As other people have pointed out, per RAW, there are no set rules for actual fall speed outside of certain spells which are meant to slow your fall speed.
Also, something I don't think anyone else has picked up on yet:
At the end of the fall, a creature takes 1d6 bludgeoning damage for every 10 feet it fell... (PHB 183)
This actually would imply that it's not the fall that kills you, it's stopping it. So if a player stops their fall instantaneously, you'd better believe that the damage rules still apply to them. Anyway, since the actual falling bit is what's missing, I'm going to derive some rules from real-world physics.
A few simple mathematics (through the SUVAT equations and assuming gravity is roughly on par with that of the Earth's surface) lead to some helpful results (calculations are using metric, actual rule options are given at the end:
In 6 seconds, a you fall ~180m (580ft.), assuming a gravitational constant of 9.8m/s/s. You also reach a speed of 58.8m/s, which is convenient because it is approximately terminal velocity (actually 56m/s.) Having reached 58.8m/s, you then fall at ~360m (1160ft.) every 6 seconds. However we're not quite done here:
Let us assume that the start of any falling will happen, on average, in the middle of a round, giving the players 3 seconds of falling until they can start taking normal actions. In 3 seconds, you only fall 44.1m (145ft.) and reach a speed of 29.4m/s. Then in the subsequent 6 seconds, you fall 264m (865ft.), reaching terminal velocity 3 seconds in. From then on, you fall 360m (1160ft.) per round.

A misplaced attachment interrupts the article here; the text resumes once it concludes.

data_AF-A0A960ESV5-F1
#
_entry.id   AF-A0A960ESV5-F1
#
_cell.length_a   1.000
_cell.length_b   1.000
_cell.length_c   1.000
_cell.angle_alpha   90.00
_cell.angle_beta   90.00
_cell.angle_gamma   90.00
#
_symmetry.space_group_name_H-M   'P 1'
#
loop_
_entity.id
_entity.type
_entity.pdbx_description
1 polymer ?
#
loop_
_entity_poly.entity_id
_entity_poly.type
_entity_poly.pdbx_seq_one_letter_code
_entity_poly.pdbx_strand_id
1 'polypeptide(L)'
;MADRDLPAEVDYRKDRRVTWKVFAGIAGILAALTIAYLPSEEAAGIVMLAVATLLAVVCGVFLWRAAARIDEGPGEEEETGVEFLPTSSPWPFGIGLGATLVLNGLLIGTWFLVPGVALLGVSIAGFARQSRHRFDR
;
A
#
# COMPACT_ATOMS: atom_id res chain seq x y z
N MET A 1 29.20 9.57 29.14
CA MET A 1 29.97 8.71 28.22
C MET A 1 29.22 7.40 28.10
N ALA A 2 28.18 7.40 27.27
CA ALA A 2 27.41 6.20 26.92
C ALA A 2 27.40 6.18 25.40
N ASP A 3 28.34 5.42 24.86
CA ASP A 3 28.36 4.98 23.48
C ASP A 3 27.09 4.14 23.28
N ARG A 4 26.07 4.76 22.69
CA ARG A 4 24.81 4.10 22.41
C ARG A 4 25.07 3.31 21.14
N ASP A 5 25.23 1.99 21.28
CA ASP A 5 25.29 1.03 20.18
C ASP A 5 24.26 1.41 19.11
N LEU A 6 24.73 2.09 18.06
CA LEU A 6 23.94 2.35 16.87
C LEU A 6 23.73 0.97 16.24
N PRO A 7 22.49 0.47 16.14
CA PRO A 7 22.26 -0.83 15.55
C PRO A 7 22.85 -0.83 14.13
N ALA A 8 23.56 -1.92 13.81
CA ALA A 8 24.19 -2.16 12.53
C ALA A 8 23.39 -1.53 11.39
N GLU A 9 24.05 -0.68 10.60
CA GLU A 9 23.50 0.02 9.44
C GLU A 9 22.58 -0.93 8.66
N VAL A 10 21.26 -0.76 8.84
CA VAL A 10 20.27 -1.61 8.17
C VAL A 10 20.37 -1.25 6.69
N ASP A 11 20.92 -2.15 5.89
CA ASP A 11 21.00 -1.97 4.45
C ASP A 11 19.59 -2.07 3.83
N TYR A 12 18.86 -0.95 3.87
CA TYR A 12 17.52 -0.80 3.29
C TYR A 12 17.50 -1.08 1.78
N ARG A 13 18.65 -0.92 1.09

Now then! Let's round out those numbers and tie them into some meaningful rules (we'll round down the later ones since we're actually slightly above terminal velocity):
- In the first round of falling, a falling creature descends 150 feet.
- In the second round, they descend 850 feet.
- In each round after the second, they descend 1150 feet.
These rules assume that if a creature starts falling, it will normally happen roughly in the middle of a round, so they only fall for 3 seconds before they or another creature will be able to use their action to help, rather than assuming that they fall for an entire round. (The downside is that the 20d6 fall damage cap doesn't make sense then, as you fall ~580 feet before reaching terminal velocity, not 200 feet.)
I also did some maths and worked out some physics based off the 20d6 fall damage cap, treating it as if D&D worlds have thicker atmospheres. Works out to a terminal velocity of 34.6m/s, significantly lower than the real world. Ends up a bit simpler, because you actually pretty much reach terminal velocity within 3 seconds.
- In the first round of falling, a falling creature descends 60 feet.
- In each subsequent round, they descend 680 feet.